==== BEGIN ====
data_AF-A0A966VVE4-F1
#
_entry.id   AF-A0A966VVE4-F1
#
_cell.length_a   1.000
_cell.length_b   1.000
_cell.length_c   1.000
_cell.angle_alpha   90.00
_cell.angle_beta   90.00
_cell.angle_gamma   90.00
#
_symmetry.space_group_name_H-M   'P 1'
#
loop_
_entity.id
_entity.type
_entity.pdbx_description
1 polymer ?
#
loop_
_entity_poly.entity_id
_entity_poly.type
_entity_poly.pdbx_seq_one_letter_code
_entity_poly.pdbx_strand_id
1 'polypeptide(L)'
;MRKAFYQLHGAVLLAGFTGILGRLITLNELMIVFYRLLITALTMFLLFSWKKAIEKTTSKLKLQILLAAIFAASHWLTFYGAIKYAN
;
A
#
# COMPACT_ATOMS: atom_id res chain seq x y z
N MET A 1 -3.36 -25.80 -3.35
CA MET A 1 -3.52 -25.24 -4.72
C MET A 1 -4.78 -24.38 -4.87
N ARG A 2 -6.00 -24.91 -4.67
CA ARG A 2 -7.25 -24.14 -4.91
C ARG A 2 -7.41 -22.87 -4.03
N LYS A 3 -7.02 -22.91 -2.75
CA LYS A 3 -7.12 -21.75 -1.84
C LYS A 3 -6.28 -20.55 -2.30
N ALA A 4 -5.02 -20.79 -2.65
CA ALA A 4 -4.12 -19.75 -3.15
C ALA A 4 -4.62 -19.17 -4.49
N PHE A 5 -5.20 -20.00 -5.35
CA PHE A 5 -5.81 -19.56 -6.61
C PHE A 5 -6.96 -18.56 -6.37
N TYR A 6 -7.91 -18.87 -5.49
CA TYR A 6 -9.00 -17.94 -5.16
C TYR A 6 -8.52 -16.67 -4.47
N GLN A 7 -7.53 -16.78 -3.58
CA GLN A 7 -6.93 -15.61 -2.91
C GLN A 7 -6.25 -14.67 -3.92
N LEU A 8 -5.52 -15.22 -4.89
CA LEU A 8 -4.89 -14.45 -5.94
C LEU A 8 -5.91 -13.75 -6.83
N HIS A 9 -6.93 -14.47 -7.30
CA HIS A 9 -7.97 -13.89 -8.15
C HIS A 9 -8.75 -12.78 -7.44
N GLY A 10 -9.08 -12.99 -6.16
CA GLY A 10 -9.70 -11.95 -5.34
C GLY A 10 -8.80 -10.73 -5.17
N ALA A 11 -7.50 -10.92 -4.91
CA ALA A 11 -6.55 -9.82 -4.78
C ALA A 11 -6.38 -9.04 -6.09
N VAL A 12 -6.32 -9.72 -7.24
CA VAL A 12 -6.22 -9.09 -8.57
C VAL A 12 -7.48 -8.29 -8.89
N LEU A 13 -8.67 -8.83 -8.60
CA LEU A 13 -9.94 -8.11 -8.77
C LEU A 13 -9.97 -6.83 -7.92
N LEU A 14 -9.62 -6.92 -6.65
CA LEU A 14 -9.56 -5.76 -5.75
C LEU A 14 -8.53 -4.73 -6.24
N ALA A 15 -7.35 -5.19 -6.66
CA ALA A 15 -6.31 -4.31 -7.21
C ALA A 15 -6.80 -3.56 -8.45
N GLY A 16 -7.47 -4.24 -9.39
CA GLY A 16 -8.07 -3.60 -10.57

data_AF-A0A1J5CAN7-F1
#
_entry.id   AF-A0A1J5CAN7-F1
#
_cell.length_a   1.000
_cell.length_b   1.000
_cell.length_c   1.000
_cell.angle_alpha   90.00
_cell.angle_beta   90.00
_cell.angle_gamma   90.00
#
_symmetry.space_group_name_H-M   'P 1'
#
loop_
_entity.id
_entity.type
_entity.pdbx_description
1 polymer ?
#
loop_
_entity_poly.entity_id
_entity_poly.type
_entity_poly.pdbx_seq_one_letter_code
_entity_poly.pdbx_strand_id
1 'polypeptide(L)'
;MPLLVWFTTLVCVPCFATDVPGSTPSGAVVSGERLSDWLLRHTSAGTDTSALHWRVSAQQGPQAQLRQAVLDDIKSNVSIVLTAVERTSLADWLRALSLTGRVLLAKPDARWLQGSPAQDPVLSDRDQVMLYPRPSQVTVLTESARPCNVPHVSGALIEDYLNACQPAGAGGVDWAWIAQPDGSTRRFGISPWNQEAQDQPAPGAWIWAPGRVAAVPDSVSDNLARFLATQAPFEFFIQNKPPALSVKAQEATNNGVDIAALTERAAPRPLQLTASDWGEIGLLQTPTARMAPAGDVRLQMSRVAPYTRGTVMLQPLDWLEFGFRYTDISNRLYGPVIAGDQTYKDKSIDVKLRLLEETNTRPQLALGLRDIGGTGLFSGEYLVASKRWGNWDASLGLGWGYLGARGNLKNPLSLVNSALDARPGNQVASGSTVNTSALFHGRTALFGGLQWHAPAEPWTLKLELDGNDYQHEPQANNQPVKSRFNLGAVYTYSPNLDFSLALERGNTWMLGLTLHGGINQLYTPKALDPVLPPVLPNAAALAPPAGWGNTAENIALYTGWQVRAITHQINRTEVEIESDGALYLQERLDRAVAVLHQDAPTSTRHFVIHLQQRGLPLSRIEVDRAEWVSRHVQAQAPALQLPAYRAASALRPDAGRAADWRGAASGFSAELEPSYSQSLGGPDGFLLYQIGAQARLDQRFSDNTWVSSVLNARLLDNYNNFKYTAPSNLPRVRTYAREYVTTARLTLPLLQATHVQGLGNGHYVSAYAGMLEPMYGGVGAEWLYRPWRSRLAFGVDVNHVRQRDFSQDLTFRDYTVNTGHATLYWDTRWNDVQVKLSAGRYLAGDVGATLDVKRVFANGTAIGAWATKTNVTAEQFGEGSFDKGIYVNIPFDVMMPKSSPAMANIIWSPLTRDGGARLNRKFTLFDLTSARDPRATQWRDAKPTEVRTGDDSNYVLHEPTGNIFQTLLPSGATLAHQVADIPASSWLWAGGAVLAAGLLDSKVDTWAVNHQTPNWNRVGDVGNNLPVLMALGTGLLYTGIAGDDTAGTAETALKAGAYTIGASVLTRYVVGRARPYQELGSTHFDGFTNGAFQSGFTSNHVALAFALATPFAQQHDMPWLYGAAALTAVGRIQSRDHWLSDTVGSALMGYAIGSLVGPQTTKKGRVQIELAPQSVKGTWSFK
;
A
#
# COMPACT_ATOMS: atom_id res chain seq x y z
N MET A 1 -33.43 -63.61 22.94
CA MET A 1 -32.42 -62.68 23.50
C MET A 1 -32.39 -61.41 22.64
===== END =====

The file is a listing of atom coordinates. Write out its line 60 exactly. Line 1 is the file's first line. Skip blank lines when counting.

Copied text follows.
C GLY A 10 -8.80 -10.73 -5.17